Monday, June 23, 2014

Newport & Moose Bog- Vermont

We ended up the spring 2014 Hitchcock Center spring Birding class on a high note with a visit to the Northeast Kingdom of Vermont.  This is the second year we have ventured north towards the Canadian border in search of the elusive Boreal Grand slam ……Boreal Chickadee, Black-backed Woodpecker, Gray Jay and the really elusive Spruce Grouse!  

As mentioned this is the second year in a row we have birded the Northeast Kingdom, last year’s trip was met with marginal weather and only distant views of a family of Gray Jays.
This year’s trip was the complete opposite, unbelievably great weather and three out of the four Grand Slam Boreal Birds!

This year we birded a new area just north of Newport – “Eagle Point Wildlife Management Area”. This area consists of open fields and marshes. We didn’t get there until around 10:30am, but we still had a nice assortment of species…Great Blue Heron, Ring-necked Pheasant, Osprey, Eastern Wood-Pewee, Least Flycatcher, Great-crested Flycatcher, Belted Kingfisher, Warbling Vireo,  Veery, an assortment of Warblers, Bobolinks, Eastern Meadowlark and Savannah Sparrow.

The next day we spent the entire morning at Moose Bog. Moose Bog is located east of Island Pond on Rte 105, this Bog is one of the most consistent areas for encountering Spruce Grouse, Black-backed Woodpecker, Boreal Chickadee and Gray Jays.  This area as well as others in the region can also produce a large number of biting insects like Mosquitos, black flies and Deer Flies. As it turned out this year, the insects were not that bad! Why, I have no idea, but it wasn't that bad. As I indicated before, we had a fair amount of success with the Boreal birds this day…we first heard the Boreal Chickadee along the Moose bog trail, then encountered two very cooperative Gray Jays and then really lucked out with an extended sighting of a male Black-backed Woodpecker working on a Spruce tree just ten feet off the trail.  However, the elusive Spruce Grouse did not make an appearance this day, but we will try again.  We ended our trip with seventy-seven species and a few mammals....but no Moose.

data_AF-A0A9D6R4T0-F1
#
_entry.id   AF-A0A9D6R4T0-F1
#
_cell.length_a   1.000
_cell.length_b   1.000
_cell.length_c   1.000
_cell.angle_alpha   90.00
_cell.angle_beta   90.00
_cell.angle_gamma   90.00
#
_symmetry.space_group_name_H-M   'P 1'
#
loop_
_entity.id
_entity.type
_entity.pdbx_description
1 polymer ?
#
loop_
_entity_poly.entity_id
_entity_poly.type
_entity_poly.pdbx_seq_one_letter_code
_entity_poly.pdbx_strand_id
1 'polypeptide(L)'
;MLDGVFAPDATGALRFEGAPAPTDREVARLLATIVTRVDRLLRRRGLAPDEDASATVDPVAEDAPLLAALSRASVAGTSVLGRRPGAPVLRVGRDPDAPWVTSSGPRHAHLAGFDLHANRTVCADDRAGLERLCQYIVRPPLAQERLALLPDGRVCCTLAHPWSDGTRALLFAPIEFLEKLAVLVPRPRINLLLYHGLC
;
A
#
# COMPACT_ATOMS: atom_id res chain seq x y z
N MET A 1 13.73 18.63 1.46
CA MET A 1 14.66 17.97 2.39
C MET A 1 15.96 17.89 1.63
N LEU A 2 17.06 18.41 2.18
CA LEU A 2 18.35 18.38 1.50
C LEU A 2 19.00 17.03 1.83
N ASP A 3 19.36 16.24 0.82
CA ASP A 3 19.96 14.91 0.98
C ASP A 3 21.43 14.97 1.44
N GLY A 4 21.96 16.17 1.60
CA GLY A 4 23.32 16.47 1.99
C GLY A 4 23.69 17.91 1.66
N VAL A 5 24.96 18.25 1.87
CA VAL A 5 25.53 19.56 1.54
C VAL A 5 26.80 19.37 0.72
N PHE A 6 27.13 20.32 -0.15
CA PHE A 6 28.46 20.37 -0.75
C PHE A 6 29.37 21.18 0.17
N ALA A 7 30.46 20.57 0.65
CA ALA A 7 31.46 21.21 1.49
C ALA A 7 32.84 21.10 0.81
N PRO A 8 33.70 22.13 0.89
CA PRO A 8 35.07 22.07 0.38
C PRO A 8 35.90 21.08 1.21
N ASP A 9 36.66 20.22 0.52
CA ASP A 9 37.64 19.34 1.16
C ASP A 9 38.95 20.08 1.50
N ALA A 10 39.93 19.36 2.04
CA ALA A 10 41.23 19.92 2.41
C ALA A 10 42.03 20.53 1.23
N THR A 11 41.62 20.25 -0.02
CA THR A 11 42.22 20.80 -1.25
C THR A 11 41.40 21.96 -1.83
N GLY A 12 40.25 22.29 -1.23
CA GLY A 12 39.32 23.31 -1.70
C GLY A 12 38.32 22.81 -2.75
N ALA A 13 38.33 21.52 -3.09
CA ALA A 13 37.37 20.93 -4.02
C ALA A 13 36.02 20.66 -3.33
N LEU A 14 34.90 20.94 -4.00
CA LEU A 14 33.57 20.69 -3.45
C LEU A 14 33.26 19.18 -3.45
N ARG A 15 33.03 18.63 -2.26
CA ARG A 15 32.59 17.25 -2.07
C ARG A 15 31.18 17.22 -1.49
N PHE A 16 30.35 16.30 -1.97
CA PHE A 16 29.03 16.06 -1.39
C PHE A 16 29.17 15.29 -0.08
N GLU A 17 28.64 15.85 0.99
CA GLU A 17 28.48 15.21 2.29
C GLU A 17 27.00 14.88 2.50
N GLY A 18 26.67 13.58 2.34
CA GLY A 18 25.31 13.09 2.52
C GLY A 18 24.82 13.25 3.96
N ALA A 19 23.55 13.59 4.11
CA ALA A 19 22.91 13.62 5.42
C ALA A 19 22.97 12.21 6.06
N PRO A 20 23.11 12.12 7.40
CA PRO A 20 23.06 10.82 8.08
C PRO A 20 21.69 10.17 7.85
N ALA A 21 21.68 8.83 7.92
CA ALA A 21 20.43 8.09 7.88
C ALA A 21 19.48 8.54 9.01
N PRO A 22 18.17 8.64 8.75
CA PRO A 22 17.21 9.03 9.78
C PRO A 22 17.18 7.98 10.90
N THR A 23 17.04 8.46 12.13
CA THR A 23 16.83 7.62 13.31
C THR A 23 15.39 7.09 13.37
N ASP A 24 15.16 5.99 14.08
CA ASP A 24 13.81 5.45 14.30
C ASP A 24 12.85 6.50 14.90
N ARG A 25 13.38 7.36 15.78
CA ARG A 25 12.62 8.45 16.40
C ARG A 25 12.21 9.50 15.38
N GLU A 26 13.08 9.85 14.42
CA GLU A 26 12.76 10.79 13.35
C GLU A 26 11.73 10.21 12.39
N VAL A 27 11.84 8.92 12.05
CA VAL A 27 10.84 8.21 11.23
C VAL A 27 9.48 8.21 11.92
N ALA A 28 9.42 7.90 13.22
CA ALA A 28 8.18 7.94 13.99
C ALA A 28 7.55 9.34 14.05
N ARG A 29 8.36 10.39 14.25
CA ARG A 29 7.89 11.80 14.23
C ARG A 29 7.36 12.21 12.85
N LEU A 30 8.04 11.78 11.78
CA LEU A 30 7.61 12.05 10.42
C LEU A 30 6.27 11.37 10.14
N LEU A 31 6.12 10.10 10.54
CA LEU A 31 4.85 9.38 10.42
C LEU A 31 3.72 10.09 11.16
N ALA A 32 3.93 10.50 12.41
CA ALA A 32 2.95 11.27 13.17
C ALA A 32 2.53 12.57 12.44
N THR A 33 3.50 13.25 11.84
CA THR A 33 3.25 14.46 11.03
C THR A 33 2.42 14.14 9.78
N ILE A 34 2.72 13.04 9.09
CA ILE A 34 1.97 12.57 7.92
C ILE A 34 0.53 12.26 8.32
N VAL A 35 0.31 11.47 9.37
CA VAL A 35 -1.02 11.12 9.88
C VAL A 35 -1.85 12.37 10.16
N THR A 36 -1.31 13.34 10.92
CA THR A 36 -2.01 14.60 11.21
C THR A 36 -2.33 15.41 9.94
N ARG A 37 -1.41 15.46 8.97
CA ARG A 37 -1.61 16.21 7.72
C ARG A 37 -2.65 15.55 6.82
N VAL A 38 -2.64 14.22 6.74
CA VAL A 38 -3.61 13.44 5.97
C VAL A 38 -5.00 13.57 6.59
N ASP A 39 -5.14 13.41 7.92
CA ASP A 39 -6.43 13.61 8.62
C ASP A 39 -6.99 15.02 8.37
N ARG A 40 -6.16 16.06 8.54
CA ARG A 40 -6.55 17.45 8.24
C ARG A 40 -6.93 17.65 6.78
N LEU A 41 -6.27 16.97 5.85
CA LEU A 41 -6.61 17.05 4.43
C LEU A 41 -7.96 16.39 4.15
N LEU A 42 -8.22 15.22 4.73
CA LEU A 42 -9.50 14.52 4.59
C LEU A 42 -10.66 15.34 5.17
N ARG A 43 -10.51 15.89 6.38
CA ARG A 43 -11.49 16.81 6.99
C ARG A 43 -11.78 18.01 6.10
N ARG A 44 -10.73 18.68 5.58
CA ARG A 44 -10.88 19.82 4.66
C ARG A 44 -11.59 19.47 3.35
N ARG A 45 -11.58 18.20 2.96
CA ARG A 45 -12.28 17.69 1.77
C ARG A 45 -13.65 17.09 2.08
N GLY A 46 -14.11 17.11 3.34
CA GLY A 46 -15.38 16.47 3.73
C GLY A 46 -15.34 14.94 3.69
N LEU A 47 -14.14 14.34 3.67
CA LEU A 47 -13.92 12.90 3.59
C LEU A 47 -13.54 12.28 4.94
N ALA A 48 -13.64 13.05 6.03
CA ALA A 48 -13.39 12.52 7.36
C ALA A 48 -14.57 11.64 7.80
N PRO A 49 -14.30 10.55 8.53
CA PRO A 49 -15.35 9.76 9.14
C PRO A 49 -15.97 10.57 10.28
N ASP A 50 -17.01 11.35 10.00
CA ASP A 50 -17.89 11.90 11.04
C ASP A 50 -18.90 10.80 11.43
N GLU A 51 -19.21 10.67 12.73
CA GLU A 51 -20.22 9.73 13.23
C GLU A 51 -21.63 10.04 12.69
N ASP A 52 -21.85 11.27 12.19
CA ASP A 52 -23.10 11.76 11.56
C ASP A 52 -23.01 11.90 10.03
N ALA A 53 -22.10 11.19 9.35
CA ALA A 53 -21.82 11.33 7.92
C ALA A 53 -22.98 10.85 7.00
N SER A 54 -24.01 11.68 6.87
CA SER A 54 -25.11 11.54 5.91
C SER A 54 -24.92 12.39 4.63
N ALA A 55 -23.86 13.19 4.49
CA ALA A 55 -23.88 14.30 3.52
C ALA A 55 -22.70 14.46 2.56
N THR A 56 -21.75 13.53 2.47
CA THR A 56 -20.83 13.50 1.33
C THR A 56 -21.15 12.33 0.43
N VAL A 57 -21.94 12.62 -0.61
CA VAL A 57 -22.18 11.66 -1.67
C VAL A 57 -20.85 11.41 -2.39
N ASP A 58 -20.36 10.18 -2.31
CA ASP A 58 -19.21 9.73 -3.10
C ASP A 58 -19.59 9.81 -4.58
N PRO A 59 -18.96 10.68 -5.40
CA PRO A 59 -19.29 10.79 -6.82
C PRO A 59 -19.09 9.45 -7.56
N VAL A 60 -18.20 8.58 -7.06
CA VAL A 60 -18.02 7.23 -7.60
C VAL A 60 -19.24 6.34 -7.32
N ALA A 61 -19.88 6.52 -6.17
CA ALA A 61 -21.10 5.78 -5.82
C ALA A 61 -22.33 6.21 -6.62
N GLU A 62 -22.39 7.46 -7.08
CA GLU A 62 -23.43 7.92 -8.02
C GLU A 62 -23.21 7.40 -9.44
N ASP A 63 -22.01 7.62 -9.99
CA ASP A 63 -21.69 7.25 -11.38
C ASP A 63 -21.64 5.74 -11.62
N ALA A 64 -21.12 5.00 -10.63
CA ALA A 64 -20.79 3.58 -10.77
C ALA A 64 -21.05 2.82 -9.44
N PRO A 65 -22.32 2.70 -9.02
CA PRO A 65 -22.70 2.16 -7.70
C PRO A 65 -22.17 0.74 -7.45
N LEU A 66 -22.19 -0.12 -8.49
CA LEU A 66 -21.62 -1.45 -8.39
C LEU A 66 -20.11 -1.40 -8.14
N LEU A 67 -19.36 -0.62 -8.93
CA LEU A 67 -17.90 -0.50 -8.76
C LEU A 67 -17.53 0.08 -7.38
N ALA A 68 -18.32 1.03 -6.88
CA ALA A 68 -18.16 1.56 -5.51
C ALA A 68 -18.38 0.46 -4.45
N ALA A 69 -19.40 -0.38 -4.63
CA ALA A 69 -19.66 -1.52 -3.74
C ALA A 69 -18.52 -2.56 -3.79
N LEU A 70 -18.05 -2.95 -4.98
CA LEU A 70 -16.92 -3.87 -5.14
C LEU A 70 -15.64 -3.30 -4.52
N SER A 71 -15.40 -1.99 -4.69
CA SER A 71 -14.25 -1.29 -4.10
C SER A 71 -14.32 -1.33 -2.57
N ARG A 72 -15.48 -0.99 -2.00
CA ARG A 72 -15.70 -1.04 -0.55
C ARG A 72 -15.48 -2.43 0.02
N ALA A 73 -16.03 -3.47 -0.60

Cedar Waxwing

Ruby-throated Hummingbird- Moose Bog

Gray Jay- Moose Bog

Nashville Warbler

Black-backed Woodpecker-Moose Bog

Black-backed Woodpecker-Moose Bog

White Lady slipper 

Arriving at Eagle Point

Eagle Point Area

Sunday, June 8, 2014

It ended up being a pretty good spring migration around these parts. Recently I've been looking for Grasshopper Sparrows at the Old Amherst Landfill. Last year I had three singing males, so far this year -nothing! There's a good number of Bobolinks, Red-winged Blackbirds, along with a number of other species breeding along the edge of the fields. More photos to come from an April trip to Colorado.

Red-winged Blackbird-Old Amherst Landfill

Bobolink- I counted 17 the other day at the Old Landfill 

Cooper's Hawk- a successful early morning raid near the Old Landfill. 

Bobolink-female. The first few visits to the landfill yielded very few females, but the last couple of visits they have become much more conspicuous. 

Box Turtle- found near our home a couple of weeks ago.

Solitary Sandpiper- This one I photographed in Hadley...overall a good spring migration for these guys.

Black & White Warbler.

This Ruffed Grouse was certainly a friendly soul along the rail trail in Amherst. The Grouse greeted everybody and everything for several weeks in April & May.

Orchard Oriole- several reports this spring.

A closer look at the Rail Trail Grouse

This female Hooded Merganser seems to have her hands full- Pond near Old  Amherst Landfill.

Green Heron-